Samsung apps are bundled to replace the official Google Apps in the One UI. You'll often find yourself contemplating between Samsung apps over the default Google apps. One such offering is Samsung My Files, a file explorer to manage files pre-installed on Galaxy phones. It rivals the Google Files app from the Play Store. If you've been confused between these two, read our comparison and pick up the best app for your phone.
File manager plays an important role in the Android ecosystem. The OS allows you to view, manage, and edit every type of file on the phone. Despite many third-party file managers in the Play Store, most users stick with the one from Samsung and Google offer.
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Samsung My Files app is available on the Galaxy Store. The company regularly updates and improves the app through frequent updates from the store.
User interface is essential in a file manager app. You need it to locate files and media on your Galaxy phone. Both Google Files and Samsung My Files keep the interface simple and easy to navigate.
Let’s start with Samsung My Files. True to other One UI apps, Samsung My Files offer a giant app header at the top with easy reachability at the bottom. You'll notice that even the file manager from Google has it.
Scroll down to find a categorized view of the media files and storage section. That will help you find a particular file or document quickly. As for customization, Samsung allows you to enable/disable storage location from the Settings menu.
Google Files comes wearing the Material Theme 2.0 design language. Most options such as Clean, Browser, and Share are at the bottom. However, we are not a fan of the hamburger and Search menu at the top. Google could have easily integrated them at the bottom.
Samsung comfortably wins this round. Allow me to elaborate. The company supports Internal storage, SD card (if your phone supports), and online cloud storage such as OneDrive, Google Drive, and Dropbox.
You can connect an FTP server, SFTP server, and a network drive from the Network storage menu. In short, Samsung’s My Files is your all-in-one solution to manage files no matter where they are stored.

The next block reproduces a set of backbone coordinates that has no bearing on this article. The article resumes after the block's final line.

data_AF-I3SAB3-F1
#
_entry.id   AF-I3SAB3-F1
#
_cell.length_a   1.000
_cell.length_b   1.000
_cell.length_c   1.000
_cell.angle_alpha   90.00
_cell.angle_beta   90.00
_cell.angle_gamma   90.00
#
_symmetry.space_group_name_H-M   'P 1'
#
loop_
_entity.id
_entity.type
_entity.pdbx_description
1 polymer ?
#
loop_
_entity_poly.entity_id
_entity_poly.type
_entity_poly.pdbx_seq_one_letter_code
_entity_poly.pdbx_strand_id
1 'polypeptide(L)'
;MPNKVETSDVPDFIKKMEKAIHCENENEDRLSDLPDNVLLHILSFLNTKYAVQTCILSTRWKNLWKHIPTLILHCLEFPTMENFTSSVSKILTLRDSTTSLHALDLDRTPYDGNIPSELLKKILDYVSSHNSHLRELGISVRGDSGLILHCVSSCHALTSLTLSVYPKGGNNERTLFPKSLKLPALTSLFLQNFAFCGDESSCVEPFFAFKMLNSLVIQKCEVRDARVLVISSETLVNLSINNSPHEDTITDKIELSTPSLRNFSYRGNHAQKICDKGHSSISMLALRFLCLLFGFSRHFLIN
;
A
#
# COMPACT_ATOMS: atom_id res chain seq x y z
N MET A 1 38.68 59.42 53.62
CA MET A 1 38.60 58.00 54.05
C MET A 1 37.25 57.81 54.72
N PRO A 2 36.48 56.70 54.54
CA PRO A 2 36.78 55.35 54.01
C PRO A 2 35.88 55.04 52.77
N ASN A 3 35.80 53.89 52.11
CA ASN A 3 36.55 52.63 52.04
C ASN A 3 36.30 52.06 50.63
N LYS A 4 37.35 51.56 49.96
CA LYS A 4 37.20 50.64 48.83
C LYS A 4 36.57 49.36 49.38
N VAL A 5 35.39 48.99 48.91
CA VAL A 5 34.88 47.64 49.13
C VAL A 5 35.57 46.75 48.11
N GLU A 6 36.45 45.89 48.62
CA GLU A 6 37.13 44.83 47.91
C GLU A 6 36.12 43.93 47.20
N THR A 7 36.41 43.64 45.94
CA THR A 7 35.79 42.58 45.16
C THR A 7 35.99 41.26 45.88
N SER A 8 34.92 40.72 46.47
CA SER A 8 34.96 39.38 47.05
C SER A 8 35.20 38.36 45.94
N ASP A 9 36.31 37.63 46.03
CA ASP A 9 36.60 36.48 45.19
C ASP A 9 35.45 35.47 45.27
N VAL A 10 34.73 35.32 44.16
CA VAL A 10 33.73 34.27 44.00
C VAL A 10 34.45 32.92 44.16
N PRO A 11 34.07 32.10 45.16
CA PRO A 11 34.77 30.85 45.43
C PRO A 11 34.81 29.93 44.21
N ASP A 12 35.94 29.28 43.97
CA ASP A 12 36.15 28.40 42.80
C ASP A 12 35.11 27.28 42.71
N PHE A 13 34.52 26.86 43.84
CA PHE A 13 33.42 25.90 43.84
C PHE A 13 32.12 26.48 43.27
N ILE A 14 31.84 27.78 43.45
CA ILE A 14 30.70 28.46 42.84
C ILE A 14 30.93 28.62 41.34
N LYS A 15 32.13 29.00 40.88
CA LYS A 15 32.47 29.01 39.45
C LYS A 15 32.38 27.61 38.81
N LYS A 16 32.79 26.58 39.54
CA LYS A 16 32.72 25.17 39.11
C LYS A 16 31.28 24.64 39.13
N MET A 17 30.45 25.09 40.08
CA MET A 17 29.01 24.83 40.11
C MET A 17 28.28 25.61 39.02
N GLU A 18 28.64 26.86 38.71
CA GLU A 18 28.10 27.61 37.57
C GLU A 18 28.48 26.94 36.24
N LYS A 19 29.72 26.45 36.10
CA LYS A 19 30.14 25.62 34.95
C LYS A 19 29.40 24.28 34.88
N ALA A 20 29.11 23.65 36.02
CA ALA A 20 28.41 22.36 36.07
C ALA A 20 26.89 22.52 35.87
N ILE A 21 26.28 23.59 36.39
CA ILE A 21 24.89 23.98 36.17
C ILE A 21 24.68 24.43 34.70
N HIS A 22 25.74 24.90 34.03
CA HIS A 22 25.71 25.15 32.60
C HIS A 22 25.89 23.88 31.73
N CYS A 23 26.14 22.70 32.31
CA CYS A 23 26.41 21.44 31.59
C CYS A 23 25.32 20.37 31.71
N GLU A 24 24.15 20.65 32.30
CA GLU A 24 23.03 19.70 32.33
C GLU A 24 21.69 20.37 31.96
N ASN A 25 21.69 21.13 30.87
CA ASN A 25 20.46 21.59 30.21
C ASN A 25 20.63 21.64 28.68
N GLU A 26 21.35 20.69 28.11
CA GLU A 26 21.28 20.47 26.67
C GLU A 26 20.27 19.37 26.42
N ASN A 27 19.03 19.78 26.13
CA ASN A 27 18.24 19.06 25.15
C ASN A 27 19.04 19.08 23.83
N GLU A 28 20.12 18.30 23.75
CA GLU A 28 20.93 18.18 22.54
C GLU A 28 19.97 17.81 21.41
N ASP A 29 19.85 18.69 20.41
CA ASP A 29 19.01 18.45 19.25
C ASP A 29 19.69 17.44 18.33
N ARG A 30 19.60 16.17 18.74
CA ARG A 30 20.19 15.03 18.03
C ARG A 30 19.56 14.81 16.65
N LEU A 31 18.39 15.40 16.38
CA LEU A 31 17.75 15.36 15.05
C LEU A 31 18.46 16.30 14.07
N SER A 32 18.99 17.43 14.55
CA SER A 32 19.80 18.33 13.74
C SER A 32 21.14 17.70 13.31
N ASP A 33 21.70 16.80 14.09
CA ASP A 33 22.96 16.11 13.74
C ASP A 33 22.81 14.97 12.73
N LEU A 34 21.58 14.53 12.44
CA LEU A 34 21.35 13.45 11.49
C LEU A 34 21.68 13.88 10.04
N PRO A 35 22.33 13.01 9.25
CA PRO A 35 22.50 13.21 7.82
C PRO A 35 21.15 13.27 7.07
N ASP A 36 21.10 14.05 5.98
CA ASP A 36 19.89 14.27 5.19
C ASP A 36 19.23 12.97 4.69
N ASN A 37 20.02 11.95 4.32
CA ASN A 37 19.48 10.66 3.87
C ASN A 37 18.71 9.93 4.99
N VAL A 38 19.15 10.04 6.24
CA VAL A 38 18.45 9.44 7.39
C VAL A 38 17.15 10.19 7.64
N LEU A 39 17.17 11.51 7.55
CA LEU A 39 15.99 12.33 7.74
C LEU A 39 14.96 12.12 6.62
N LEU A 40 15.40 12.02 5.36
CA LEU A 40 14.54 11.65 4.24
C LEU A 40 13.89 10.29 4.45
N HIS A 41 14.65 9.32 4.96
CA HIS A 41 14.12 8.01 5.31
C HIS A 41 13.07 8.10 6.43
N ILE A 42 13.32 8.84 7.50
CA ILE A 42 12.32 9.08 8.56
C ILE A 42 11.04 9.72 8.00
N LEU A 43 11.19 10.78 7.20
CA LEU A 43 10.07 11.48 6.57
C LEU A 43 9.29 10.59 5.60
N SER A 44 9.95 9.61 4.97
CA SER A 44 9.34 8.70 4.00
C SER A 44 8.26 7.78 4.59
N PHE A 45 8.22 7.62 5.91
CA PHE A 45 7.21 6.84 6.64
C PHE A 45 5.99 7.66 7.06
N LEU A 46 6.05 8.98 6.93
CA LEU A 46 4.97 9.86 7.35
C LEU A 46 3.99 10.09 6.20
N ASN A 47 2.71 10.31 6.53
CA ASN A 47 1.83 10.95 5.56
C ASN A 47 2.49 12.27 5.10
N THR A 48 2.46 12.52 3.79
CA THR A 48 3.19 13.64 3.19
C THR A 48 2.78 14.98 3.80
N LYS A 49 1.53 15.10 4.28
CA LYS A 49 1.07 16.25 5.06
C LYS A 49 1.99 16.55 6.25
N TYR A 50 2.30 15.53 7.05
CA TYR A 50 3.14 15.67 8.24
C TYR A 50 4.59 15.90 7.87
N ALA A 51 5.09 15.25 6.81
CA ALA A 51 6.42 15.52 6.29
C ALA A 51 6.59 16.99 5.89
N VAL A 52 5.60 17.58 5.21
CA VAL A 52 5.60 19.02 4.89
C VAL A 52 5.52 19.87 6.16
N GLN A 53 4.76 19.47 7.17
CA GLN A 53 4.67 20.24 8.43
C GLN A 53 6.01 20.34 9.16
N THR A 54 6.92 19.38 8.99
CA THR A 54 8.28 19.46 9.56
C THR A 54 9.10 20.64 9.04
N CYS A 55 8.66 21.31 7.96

For your most-used media files and documents, you can simply favorite them and easily access them from a single Favourites menu.
Google’s Files app pales in comparison. There is no way to view files from third-party cloud storage. It doesn’t support a micro-SD card either. The Favorites section is there to access frequent files.
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Both the Google Files and Samsung My Files apps excel at the basic file management capabilities. You can move, copy, and share files. Let’s talk about the extra add-ons for both apps.
Google first introduced the Files app to tackle the junk files and images on your phone. The service simply shines at finding and offering suggestions to remove duplicate and large irrelevant files. Open the Files app and go to the Clean section. The service will identify temporary app files, duplicates, and large files to remove.
Tap on the Clean option, remove cache data from the phone, and free up the precious storage. Another neat inclusion is Share. We use it all the time among the GT team.
It’s Google’s answer to the growing popularity of file-sharing apps like Xender, AirDrop, and ShareIt. Simply go to the Share menu and select Send or Receive. The service will quickly identify the nearby device, and you can easily move or receive large files on the go.
Samsung has an integrated Analyse storage option that offers a neat view of the type of files consuming the space on the phone. However, there is no way to delete unnecessary files with a single click.
As for hiding files, you will have to rely on a separate Secure Folder app to store away private media files. Although it’s a different app, the Secure Folder is way advanced than the Safe Folder in the Google Files app.
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Manage Files Like a Pro
Proper file management is one of the reasons to get an Android over the rival iPhone. Google has done a commendable job with the Clean, Share, and Safe Folder add-on. However, Samsung’s implementation marches ahead with third-party cloud storage support, FTP/SFTP add-on, and analyze storage.
Samsung Calendar is another clone app from the company. Read the comparison post with Google Calendar to pick the perfect option for you.
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